HQ-2B/J / SJ-202
Possibly H-200 integration
SA-3 Goa Polish Newa-SC
Almaz-Antey Pechora 2A
Tetraedr Pechora 2T/2TM
Defense Systems Pechora 2/2M
Polish Newa-SC
Tetraedr Pechora 2TM
Defense Systems Pechora 2/2M
SA-5 Gammon
Tetraedr S-200
Almaz-Antey S-200
Almaz-Antey S-300PMU2
Almaz-Antey S-400
SA-6 Gainful
SA-8 Gecko
Kupol Osa AKM
Tetraedr Osa-1T
SA-11 Gadfly
Tetraedr Buk MB
Agat 9B-1103M-350

The large 160 nautical mile range S-200 / SA-5 Gammon SAM system has been widely exported, with users including North Korea, Syria and most recently, Iran. The semimobile 5P72 launchers each carry a single 5V21 or 5V28 FMCW SARH missile round.

K-1M cabin with 5N62 Square Pair FMCW illuminator (above), 5N63S/30N6E phased array engagement radar (below). The hybridisation of the SA-5/SA-20 is the best known recent instance of this upgrade strategy. While details have not been disclosed by Almaz-Antey, the technologies involved provide a good indication of the capabilities of this upgrade  (Image © Miroslav Gyűrösi).

S-200 battery deployment illustration from Soviet technical manual. Note each launcher has a pair of transloaders with ready 5V28 rounds (RuMoD).

MIM-23B Hawk / Mersad

Iran's Mersad SAM system appears to be a reverse engineered derivative of the MIM-23B Hawk which was the principal SAM operated by Iran before the fall of the Shah, Reza Pahlavi. The system appears to use a largely new package of radar equipment, although the TV tracker equipped CW illuminator resembles the original  X-band AN/MPQ-46 HPIR design (left). The acquisition radar also closely resembles the AN/MPQ-50 PAR design (below). Details of other system components have not been disclosed to date. It is not clear whether Mersad systems incorporate legacy Hawk components or are newly build hardware.

Captured Iraqi 3M9/R-60 hybrid heatseeking Gainful round in 2003. Note the Magnesium Fluoride nose window and ad hoc removal of the fixed nose strakes (US DoD image).

Cuban SA-3 TELs on display (via Vestnik-PVO).

Cuban SA-2 TELs on parade in Havana, 2006 (via Vestnik-PVO).

Above: Operational deployment of a Vostok E at a prepared site. Below: the Vostok E can stow and deploy in as little as 6 minutes, making it a genuine shoot-and-scoot battery component. The Belarus KB Radar developed Vostok E is a highly mobile, solid state digital VHF-Band 2D acquisition radar developed as a direct replacement for the P-18 Spoon Rest in SA-2, SA-3, SA-6, SA-8 and other SAM batteries. KBR claim the use of noise-like LPI waveforms in this DMTI design. A hybrid legacy SAM battery incorporating the Vostok E will be much more difficult to acquire, track, jam and engage.

The best known historical example of hybridisation occurred when the Soviets transitioned from the 2K12 Kub/Kvadrat / SA-6  Gainful to the 9K37 / Buk / SA-11 Gadfly. The 9S35 Fire Dome engagement radar appeared on late model SA-6 TELARs, and SA-11 weapon systems were capable of controlling late model SA-6 TELARs and vice versa.

The best known recent example of hybridisation has been the introduction of interfaces and software on the S-300PMU2 Favorit / SA-20 Gargoyle and S-400 Triumf / SA-21 to control the S-200 Angara/Vega/Dubna / SA-5 Gammon and its 5N62 Square Pair engagement radar. In this arrangement, an SA-20/21 system with its high power aperture and highly jam resistant acquisition and engagement radars prosecutes an engagement, but rather than launching its organic 48N6 series missile rounds, it uses the SA-5 Gammon round instead. The 5N62 Square Pair is effectively slaved to the 30N6E2 or 92N6E phased array engagement radar and acts as a specialised Continuous Wave illuminator, rather than long range target tracking and illuminating element of the battery. This model is analogous to the S-300V/SA-12 scheme, where the 9A82/83 TELARs with their CW illuminators are slaved to the 9S32 Grill Pan phased array engagement radar. The notion that any part of the cumbersome, slow and electronically vulnerable acquisition and tracking function of the Squair Pair would be retained in the hybrid system makes no sense, and indeed it would nullify many of the benefits of using the hybrid in the first place.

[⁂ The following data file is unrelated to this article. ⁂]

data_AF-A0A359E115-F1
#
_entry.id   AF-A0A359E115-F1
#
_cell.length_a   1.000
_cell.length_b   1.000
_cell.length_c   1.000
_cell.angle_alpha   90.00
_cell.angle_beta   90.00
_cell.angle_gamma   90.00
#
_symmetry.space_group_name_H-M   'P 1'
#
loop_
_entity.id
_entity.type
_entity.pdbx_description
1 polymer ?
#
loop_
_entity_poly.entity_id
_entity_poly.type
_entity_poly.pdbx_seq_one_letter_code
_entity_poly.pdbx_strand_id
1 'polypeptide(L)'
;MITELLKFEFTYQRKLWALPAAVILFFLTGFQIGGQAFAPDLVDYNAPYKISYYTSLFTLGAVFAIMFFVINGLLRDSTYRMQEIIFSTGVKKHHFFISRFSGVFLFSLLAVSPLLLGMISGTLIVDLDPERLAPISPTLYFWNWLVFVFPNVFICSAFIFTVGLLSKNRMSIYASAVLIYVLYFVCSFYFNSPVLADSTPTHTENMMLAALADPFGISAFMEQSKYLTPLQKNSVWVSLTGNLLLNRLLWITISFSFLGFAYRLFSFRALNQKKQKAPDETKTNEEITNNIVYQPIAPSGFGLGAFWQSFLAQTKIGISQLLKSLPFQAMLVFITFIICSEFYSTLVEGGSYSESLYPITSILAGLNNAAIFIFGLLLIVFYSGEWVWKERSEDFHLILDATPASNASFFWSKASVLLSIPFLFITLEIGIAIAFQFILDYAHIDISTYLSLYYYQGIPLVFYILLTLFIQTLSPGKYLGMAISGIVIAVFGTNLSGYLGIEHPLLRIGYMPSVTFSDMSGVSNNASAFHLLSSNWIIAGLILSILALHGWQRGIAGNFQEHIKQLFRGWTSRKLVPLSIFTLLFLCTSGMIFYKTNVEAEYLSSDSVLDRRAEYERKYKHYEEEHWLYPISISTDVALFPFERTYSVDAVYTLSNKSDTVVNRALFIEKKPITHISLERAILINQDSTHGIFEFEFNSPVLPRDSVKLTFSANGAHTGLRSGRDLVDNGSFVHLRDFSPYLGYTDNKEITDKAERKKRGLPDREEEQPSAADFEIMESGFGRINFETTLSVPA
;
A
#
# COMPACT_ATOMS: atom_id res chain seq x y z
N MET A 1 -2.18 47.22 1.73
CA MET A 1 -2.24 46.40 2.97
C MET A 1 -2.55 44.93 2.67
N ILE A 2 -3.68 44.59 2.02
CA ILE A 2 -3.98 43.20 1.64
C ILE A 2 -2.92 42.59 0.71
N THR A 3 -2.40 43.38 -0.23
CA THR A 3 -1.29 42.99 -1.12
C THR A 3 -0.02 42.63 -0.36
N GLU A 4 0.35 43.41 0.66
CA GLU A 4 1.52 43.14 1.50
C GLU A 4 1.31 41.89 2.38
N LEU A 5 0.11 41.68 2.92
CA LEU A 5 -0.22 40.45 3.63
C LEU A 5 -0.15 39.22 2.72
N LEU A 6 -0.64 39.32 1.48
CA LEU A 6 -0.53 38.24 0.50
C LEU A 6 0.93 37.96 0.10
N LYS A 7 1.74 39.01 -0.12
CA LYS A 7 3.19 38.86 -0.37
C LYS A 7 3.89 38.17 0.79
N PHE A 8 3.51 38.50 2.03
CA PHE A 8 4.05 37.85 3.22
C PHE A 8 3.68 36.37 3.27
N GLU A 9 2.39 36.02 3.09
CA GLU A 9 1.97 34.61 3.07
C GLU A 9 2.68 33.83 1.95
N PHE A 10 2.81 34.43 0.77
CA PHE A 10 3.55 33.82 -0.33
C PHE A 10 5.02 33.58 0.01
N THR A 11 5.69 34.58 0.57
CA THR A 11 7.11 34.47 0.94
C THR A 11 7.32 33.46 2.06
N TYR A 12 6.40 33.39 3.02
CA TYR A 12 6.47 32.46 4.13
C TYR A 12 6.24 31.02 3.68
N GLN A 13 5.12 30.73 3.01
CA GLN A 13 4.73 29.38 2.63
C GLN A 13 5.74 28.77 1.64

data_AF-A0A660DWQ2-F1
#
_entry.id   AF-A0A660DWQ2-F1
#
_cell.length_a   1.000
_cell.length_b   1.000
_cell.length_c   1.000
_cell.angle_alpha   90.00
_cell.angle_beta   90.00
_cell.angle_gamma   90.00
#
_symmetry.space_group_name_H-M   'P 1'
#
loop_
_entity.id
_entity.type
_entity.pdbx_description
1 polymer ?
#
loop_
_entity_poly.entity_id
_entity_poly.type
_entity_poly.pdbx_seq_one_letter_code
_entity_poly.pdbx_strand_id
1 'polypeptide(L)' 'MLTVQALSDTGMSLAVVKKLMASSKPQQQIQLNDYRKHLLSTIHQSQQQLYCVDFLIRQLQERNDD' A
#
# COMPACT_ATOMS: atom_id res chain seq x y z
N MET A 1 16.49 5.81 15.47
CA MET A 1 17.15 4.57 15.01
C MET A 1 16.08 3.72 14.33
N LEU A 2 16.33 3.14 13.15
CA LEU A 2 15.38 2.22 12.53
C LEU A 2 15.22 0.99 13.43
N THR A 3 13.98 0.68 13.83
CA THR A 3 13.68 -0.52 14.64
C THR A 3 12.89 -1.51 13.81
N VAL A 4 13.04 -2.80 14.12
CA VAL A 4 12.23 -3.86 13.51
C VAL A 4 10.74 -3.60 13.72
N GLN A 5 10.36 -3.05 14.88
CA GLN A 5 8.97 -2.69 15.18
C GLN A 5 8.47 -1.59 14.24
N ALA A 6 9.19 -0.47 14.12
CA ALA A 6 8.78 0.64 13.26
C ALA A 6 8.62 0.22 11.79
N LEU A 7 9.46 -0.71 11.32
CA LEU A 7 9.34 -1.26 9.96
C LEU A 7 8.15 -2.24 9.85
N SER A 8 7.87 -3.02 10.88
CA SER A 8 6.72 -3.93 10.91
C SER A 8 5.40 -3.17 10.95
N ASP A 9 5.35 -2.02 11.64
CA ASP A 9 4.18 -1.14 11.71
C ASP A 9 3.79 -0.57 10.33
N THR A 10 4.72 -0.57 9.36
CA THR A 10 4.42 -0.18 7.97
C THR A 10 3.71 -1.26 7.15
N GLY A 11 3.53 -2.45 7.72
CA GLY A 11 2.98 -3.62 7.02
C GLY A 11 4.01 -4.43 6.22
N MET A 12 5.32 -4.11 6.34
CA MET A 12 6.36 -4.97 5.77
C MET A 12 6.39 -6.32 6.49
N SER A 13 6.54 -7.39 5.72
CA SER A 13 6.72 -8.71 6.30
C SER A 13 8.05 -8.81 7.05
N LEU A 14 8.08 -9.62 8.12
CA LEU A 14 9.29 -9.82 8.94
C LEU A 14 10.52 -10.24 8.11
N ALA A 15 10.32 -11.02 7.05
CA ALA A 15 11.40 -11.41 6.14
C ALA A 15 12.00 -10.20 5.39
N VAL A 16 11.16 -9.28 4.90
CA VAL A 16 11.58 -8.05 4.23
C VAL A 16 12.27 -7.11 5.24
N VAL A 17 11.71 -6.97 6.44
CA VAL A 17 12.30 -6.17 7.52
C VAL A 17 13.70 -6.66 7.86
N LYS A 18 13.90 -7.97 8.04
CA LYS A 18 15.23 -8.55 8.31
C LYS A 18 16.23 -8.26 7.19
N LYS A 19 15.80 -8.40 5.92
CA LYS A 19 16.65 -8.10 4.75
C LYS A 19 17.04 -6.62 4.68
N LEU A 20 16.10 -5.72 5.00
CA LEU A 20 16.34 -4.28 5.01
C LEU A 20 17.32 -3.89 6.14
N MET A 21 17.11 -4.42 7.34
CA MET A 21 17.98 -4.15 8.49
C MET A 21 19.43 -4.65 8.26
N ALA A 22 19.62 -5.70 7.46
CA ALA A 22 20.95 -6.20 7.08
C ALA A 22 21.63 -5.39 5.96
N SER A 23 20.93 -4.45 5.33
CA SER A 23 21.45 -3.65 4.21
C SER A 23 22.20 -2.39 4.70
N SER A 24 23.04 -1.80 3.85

This has important implications for future combat against users of this hybrid system. In the legacy SA-5 system, a search radar such as a Tall King or Bar Lock would cue the Square Pair engagement radar, which would search the area of interest with a narrow pencil beam in an automated spiral or raster pattern, or manually, until the target was acquired and tracked, upon which the SA-5 missiles with CW homing seekers were tuned to the CW carrier (in early variants) and then launched. As the 1980s skirmishes between the US Navy and Libyan air defences illustrated, US EA-6B Prowlers with their ALQ-99 jamming equipment were able to successfully disrupt tracking by the Square Pair and render the SA-5 missiles unusable.

In a hybrid SA-5/SA-20/SA-21 system, attempts to jam the Squair Pair will be ineffective as it is functioning as a simple open loop CW illuminator and missile command uplink transmitter. Because the SA-5 is a static system, operators can precisely calibrate the Square Pair in azimuth and elevation, and given the availability of Glonass, GPS and satellite imagery, this calibration is neither expensive in time or resources. Once this has been performed it presents no difficulties for a Glonass/GPS equipped autonomous SA-20/21 battery to issue over a radio datalink launch and cueing commands to the SA-5 battery, and once the missiles have been launched, precision elevation and azimuth commands to the Square Pair to control illumination and missile uplink functions. Indeed, once such integration has been performed, it is an open question whether it would be even economical let alone operationally viable to retain the full SA-5 battery package of K-1, K-2, K-3 and K-9 trailers, as a rack of digital equipment installed in the Square Pair K-1/1M radar head trailer to provide interface and control functions would be cheaper to run and more effective in combat.